At some time in the past, some words may have rhymed perfectly (eg, 'adversity' and 'cry') but over time the pronunciation has changed so they cease to rhyme in modern pronunciation. These are called historical rhymes .

Imperfect or Half Rhyme

In this kind of rhyme, the rhyming words do not sound identical; they only sound 'half' similar (hence half-rhyme).

In the first verse of Emily Dickinson's 'Hope', for example, the words 'soul' and 'all' are not an exact match, and are only vaguely similar in sound:

"Hope" is the thing with feathers -

That perches in the soul -

And sings the tune without the words -

And never stops - at all -

(Emily Dickinson, 'Hope', 1891)

In another one of Dickinson's poems, 'Because I could not stop for Death', the words 'day' and 'eternity' each end in a 'y' but share little else, relying on rhythm instead.

Try reading the lines aloud to hear the half-rhymes in the poem.

Since then - 'tis Centuries - and yet

Feels shorter than the day

I first surmised the Horses' Heads

Were toward Eternity - '

(Emily Dickinson, 'Because I could not stop for Death', 1890)

End rhyme

End rhymes are the most frequently used rhyme and occur when phrases end in rhyming syllables.

We can see examples of end rhymes in TS Eliot's poem 'Macavity the Mystery Cat'. Can you identify where the rhyming words are?:

Macavity's a Mystery Cat: he's called the Hidden Paw—

For he's the master criminal who can defy the law.

He's the bafflement of Scotland Yard, the Flying Squad's despair:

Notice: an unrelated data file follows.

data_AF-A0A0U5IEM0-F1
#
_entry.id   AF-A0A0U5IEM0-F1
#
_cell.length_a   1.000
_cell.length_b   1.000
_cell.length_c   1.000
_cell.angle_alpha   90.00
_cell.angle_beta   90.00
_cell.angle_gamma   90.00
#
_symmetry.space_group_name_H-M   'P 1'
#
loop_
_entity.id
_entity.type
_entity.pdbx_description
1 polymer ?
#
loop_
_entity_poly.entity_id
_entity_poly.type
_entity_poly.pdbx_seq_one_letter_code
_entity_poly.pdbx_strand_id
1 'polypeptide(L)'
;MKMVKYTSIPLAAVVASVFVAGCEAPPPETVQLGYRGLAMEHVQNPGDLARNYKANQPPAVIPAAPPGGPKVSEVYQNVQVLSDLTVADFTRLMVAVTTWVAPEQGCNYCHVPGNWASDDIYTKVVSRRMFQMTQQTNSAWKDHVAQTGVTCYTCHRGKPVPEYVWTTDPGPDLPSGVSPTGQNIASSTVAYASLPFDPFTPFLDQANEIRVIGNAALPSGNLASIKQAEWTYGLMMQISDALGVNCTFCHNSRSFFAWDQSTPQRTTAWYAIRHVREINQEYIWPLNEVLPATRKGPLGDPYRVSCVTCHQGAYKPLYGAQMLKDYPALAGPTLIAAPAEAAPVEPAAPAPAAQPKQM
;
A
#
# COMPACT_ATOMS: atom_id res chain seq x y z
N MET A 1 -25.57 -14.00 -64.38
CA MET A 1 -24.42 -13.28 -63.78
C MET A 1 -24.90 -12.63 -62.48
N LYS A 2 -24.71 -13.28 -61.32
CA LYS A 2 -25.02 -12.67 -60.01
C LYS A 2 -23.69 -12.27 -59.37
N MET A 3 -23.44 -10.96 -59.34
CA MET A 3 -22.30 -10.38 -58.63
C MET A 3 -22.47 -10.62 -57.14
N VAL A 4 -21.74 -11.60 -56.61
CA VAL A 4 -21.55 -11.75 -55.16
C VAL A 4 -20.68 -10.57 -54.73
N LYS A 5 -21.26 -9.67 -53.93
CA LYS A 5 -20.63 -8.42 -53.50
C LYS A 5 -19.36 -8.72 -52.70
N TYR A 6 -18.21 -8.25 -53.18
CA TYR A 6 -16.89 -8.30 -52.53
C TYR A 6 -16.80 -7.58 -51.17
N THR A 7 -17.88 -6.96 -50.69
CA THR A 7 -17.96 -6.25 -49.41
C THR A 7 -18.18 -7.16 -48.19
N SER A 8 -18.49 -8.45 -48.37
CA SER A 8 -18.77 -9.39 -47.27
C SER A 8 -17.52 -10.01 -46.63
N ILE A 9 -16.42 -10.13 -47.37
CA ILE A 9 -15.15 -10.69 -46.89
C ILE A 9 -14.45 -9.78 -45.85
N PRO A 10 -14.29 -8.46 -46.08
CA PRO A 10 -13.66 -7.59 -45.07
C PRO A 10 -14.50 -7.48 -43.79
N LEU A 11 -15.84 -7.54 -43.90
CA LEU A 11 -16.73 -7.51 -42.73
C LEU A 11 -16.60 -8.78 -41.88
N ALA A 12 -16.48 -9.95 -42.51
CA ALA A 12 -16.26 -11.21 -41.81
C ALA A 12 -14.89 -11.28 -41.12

For when they reach the scene of crime - Macavity's not there!

(TS Eliot, 'Old Possum's Book of Practical Cats', 1939)

'Paw' in the first line rhymes with 'law ' in the second line, and 'despair' rhymes with '(not) there'.

Because these rhymes fall at the end of each line, we call them end rhymes.

Shakespeare often used end rhymes to show the audience that a scene was coming to an end.

Nursery song rhymes

Rhyming is a helpful tool for memorizing words, which is possibly why rhyming has traditionally been used in songs and riddles for children.

Nursery rhymes have been handed down through oral tradition and often have historical or political origins. The following rhyme, for example, is believed to commemorate the bubonic plague, otherwise known as the 'Black Death', and its symptoms:

A ring a ring of roses

A pocket full of posies

Atishoo Atishoo

All fall down! '

(Anon)

The first line 'a ring of roses' describes the circular rash that would appear on the victim's skin. In the second line 'posies' refers to a mix of herbs and flowers which were carried by people to protect themselves from catching the plague. 'Atishoo!' refers to the final symptom of sneezing, and the last line 'all fall down' means 'we all fall down - dead!'

Other rhymes were more satirical, as in 'Georgy Porgy' which is thought to refer to George IV:

Georgy Porgy pudding and pie

Kissed the girls and made them cry

When the boys came out to play